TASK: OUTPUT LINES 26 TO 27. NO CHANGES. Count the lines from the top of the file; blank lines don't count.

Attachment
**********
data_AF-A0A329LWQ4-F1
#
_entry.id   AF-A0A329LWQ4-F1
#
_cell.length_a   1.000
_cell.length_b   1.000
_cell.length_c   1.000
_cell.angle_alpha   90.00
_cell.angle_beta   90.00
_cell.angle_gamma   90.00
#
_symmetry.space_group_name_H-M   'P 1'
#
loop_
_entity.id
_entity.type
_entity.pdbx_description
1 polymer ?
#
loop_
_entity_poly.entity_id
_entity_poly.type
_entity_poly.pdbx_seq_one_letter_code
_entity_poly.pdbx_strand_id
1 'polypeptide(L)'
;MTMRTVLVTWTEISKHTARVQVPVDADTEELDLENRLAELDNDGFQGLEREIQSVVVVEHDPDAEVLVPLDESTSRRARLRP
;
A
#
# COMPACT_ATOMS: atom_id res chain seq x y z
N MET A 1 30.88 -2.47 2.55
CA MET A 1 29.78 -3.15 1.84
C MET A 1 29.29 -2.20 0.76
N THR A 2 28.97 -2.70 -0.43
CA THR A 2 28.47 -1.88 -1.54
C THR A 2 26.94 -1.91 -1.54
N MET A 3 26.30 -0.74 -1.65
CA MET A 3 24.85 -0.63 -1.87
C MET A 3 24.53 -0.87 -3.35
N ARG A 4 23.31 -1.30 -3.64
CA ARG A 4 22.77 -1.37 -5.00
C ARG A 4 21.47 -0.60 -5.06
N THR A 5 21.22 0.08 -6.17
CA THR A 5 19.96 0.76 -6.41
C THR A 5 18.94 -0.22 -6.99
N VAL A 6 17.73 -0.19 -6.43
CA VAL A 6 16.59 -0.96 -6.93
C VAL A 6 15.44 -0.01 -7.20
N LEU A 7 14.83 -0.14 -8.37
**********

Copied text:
;MTMRTVLVTWTEISKHTARVQVPVDADTEELDLENRLAELDNDGFQGLEREIQSVVVVEHDPDAEVLVPLDESTSRRARLRP
;